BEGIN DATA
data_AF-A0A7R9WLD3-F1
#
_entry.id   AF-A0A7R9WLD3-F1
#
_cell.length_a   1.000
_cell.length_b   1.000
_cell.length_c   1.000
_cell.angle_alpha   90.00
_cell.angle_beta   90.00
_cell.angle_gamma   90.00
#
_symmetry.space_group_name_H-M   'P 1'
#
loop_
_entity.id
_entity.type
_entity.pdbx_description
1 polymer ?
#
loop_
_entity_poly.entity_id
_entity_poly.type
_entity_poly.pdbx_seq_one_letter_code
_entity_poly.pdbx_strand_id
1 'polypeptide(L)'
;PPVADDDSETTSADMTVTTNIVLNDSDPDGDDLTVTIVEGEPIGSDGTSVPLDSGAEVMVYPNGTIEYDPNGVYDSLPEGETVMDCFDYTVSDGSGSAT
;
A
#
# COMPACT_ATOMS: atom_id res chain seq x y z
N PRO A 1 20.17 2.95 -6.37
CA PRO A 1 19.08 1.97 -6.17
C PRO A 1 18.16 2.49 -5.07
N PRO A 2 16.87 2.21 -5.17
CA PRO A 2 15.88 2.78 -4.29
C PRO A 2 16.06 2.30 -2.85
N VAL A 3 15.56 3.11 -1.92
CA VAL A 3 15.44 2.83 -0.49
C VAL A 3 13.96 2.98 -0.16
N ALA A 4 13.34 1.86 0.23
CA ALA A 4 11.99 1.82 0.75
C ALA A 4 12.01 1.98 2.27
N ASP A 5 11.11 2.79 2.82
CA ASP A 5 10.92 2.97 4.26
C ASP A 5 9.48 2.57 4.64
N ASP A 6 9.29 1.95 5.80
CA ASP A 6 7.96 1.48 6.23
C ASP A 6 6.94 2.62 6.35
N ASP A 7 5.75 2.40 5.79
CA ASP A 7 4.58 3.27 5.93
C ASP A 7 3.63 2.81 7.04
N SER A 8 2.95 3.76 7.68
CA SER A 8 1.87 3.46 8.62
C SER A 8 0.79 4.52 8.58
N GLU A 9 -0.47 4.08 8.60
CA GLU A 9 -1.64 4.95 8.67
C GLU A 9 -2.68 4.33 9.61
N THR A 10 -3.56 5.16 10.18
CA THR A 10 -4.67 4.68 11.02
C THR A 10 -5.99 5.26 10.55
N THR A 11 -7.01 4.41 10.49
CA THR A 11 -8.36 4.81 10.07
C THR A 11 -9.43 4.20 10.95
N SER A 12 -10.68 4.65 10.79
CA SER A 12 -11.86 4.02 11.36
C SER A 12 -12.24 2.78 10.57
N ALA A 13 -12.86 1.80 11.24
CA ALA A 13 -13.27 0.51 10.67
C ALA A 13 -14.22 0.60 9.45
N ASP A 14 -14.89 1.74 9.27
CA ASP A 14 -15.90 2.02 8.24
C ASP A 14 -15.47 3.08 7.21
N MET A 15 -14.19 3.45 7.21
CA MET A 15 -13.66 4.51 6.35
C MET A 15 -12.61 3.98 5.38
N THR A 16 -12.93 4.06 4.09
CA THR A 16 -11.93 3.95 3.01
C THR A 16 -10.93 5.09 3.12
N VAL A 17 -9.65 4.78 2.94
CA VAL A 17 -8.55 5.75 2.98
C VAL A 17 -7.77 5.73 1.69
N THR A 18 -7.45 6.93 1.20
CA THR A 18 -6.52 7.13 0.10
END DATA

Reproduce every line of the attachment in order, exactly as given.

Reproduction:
data_AF-A0A7R9WLD3-F1
#
_entry.id   AF-A0A7R9WLD3-F1
#
_cell.length_a   1.000
_cell.length_b   1.000
_cell.length_c   1.000
_cell.angle_alpha   90.00
_cell.angle_beta   90.00
_cell.angle_gamma   90.00
#
_symmetry.space_group_name_H-M   'P 1'
#
loop_
_entity.id
_entity.type
_entity.pdbx_description
1 polymer ?
#
loop_
_entity_poly.entity_id
_entity_poly.type
_entity_poly.pdbx_seq_one_letter_code
_entity_poly.pdbx_strand_id
1 'polypeptide(L)'
;PPVADDDSETTSADMTVTTNIVLNDSDPDGDDLTVTIVEGEPIGSDGTSVPLDSGAEVMVYPNGTIEYDPNGVYDSLPEGETVMDCFDYTVSDGSGSAT
;
A
#
# COMPACT_ATOMS: atom_id res chain seq x y z
N PRO A 1 20.17 2.95 -6.37
CA PRO A 1 19.08 1.97 -6.17
C PRO A 1 18.16 2.49 -5.07
N PRO A 2 16.87 2.21 -5.17
CA PRO A 2 15.88 2.78 -4.29
C PRO A 2 16.06 2.30 -2.85
N VAL A 3 15.56 3.11 -1.92
CA VAL A 3 15.44 2.83 -0.49
C VAL A 3 13.96 2.98 -0.16
N ALA A 4 13.34 1.86 0.23
CA ALA A 4 11.99 1.82 0.75
C ALA A 4 12.01 1.98 2.27
N ASP A 5 11.11 2.79 2.82
CA ASP A 5 10.92 2.97 4.26
C ASP A 5 9.48 2.57 4.64
N ASP A 6 9.29 1.95 5.80
CA ASP A 6 7.96 1.48 6.23
C ASP A 6 6.94 2.62 6.35
N ASP A 7 5.75 2.40 5.79
CA ASP A 7 4.58 3.27 5.93
C ASP A 7 3.63 2.81 7.04
N SER A 8 2.95 3.76 7.68
CA SER A 8 1.87 3.46 8.62
C SER A 8 0.79 4.52 8.58
N GLU A 9 -0.47 4.08 8.60
CA GLU A 9 -1.64 4.95 8.67
C GLU A 9 -2.68 4.33 9.61
N THR A 10 -3.56 5.16 10.18
CA THR A 10 -4.67 4.68 11.02
C THR A 10 -5.99 5.26 10.55
N THR A 11 -7.01 4.41 10.49
CA THR A 11 -8.36 4.81 10.07
C THR A 11 -9.43 4.20 10.95
N SER A 12 -10.68 4.65 10.79
CA SER A 12 -11.86 4.02 11.36
C SER A 12 -12.24 2.78 10.57
N ALA A 13 -12.86 1.80 11.24
CA ALA A 13 -13.27 0.51 10.67
C ALA A 13 -14.22 0.60 9.45
N ASP A 14 -14.89 1.74 9.27
CA ASP A 14 -15.90 2.02 8.24
C ASP A 14 -15.47 3.08 7.21
N MET A 15 -14.19 3.45 7.21
CA MET A 15 -13.66 4.51 6.35
C MET A 15 -12.61 3.98 5.38
N THR A 16 -12.93 4.06 4.09
CA THR A 16 -11.93 3.95 3.01
C THR A 16 -10.93 5.09 3.12
N VAL A 17 -9.65 4.78 2.94
CA VAL A 17 -8.55 5.75 2.98
C VAL A 17 -7.77 5.73 1.69
N THR A 18 -7.45 6.93 1.20
CA THR A 18 -6.52 7.13 0.10